Senate Passes Resolutions Blocking Clean Power Plan; President Promises Vetoes

 Senate Passes Resolutions Blocking Clean Power Plan; President Promises Vetoes
Senate Majority Leader Mitch McConnell, R-Kentucky

The Senate on Tuesday blocked the Obama administration’s new rules for carbon emissions at new and existing power plants. 

The Clean Power Plan (CPP) calls for a 32-percent reduction in carbon dioxide (CO2) emissions from 2005 levels by 2030.

Senate Majority Leader Mitch McConnell, R-Kentucky, said in a statement Tuesday “the U.S. Senate voted to stand up for Middle Class Americans…by voting to overturn the Obama Administration’s deeply regressive energy regulations that would eliminate good-paying jobs…”

Following the August release and subsequent October publication of the CPP in the the Federal Register, lawmakers in more than two dozen states said they would sue over the rule, which does not go into effect until 60 days after publication, during which time the regulations can be reviewed.

On Tuesday evening, the Senate passed a resolution that would block the CPP, 52 to 46.  A second resolution striking down an EPA rule intended to halt construction of future coal plants also passed 52-46.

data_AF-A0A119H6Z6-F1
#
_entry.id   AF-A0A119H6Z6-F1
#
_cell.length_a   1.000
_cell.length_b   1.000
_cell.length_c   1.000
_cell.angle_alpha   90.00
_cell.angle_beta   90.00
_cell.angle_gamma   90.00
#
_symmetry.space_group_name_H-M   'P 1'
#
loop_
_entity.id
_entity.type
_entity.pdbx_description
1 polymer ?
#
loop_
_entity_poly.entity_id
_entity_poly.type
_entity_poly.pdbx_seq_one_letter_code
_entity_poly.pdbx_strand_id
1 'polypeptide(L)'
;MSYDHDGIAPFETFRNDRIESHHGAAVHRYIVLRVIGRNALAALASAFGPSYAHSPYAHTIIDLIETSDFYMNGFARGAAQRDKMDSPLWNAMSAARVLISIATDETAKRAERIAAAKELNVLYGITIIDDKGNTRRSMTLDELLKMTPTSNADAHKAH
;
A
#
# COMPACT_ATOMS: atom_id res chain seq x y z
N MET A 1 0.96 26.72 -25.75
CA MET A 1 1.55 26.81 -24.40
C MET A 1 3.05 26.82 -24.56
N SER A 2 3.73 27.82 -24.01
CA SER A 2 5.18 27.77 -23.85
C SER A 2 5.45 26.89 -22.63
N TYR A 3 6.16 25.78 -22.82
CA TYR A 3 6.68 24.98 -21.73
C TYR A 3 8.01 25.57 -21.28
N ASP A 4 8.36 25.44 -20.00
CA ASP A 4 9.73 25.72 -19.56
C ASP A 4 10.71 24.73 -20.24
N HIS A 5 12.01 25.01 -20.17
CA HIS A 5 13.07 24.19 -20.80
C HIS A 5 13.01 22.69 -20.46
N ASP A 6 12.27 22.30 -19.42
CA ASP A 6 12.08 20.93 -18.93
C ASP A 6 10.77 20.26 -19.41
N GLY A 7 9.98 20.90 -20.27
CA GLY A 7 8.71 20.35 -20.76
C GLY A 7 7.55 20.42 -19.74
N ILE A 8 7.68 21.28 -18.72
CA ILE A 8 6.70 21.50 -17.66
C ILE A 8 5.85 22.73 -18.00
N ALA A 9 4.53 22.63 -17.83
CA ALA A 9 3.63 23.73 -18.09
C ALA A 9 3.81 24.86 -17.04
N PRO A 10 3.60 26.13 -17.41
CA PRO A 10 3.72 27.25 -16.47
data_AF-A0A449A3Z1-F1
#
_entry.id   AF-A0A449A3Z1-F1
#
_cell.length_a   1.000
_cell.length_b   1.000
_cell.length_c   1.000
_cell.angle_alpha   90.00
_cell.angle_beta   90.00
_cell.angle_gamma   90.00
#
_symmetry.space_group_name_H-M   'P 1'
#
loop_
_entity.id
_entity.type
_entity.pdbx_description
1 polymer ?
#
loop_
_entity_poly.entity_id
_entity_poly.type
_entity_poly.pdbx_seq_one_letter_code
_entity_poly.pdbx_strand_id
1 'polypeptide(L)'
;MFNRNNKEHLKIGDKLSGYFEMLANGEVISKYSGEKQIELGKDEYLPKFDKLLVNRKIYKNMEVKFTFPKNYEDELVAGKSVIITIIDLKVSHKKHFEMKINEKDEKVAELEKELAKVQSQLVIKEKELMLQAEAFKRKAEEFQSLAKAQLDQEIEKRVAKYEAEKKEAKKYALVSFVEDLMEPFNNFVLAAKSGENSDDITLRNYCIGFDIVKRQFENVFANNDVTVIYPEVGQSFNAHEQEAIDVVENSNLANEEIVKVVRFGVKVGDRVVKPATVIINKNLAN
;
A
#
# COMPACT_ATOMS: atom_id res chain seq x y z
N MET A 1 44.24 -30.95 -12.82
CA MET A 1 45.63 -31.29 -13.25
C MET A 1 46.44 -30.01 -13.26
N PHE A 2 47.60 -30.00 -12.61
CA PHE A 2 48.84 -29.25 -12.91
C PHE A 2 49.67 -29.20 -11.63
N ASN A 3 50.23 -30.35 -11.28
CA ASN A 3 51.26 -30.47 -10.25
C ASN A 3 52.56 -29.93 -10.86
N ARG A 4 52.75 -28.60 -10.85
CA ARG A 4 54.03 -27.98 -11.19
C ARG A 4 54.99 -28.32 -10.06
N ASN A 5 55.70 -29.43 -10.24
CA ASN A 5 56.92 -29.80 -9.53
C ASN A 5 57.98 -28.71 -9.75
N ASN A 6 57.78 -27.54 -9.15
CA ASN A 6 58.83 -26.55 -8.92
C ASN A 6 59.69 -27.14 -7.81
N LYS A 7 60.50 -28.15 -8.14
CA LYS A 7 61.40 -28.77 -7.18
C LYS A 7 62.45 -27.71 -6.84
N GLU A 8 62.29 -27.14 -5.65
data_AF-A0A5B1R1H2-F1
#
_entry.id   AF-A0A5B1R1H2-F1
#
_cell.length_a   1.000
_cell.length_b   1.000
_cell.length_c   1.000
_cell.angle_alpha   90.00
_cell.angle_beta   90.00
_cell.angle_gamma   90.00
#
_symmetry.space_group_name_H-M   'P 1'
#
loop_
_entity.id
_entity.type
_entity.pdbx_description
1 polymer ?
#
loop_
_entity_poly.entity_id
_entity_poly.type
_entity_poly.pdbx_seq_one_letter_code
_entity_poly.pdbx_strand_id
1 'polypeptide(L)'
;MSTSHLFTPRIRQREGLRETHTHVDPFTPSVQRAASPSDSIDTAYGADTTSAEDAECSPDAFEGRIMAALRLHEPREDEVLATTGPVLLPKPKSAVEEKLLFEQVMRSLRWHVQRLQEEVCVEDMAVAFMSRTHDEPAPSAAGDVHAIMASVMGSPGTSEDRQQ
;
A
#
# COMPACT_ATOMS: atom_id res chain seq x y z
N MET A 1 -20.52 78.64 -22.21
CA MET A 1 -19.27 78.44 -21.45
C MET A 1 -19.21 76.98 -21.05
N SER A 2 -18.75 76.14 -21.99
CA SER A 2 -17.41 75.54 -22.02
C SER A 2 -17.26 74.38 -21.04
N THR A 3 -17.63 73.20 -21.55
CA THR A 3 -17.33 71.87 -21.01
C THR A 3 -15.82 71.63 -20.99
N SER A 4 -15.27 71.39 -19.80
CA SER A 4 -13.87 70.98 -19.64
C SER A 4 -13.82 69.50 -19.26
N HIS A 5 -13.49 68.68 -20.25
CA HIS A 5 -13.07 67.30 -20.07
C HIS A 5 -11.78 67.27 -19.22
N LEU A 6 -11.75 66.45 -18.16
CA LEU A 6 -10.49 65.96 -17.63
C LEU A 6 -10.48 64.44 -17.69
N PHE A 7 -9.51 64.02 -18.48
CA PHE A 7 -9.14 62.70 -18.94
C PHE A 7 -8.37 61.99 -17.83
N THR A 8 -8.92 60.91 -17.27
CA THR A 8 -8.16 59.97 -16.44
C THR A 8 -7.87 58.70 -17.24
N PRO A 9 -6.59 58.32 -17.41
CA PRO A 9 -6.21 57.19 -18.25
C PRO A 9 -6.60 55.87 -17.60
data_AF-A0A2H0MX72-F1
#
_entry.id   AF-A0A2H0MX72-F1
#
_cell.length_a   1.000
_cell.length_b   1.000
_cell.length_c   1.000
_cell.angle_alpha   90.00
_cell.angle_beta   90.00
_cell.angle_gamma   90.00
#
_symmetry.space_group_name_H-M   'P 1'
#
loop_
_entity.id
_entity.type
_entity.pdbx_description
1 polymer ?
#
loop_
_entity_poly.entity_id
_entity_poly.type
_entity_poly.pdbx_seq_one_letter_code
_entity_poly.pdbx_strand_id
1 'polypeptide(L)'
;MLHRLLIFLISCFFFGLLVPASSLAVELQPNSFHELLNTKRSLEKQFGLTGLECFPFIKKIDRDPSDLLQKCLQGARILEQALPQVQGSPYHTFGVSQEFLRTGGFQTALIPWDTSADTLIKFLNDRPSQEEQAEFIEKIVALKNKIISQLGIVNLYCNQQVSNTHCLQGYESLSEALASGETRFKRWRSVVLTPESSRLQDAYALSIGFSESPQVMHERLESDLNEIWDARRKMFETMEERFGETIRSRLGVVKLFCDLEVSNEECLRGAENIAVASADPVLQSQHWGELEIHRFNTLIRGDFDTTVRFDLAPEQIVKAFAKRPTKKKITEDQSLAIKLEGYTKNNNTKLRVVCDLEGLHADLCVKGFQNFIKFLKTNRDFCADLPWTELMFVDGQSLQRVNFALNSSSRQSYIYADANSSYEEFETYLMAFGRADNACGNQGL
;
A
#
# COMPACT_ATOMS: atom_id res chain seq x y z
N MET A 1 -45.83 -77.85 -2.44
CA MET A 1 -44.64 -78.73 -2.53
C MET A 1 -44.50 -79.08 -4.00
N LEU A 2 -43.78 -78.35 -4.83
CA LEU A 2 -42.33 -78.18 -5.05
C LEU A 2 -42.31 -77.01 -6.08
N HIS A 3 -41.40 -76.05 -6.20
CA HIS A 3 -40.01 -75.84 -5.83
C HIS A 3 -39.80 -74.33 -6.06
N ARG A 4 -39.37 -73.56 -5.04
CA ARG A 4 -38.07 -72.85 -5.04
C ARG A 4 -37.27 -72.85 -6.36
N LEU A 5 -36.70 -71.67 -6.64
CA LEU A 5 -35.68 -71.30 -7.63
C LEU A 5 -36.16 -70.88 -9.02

The House is expected to pass a companion resolution in December.

President Obama has promised to veto the measures if they reach his desk.

“The resolution would impede efforts to reduce carbon pollution from existing power plants — the largest source of carbon pollution in the country — when the need to act, and to act quickly, to mitigate climate change impacts on American communities has never been more clear,” White House officials said in a statement.

Congress likely won’t have the votes to override the president’s vetoes, but Republicans hope the votes send a message of doubt ahead of this month’s international climate talks in Paris that the president can effectively address the matter.

During the summit, President Obama will attempt a deal that would commit every nation to policies to halt climate change, but, as the New York Times reports, the strength of America’s stance relies on the enactment of the CPP.

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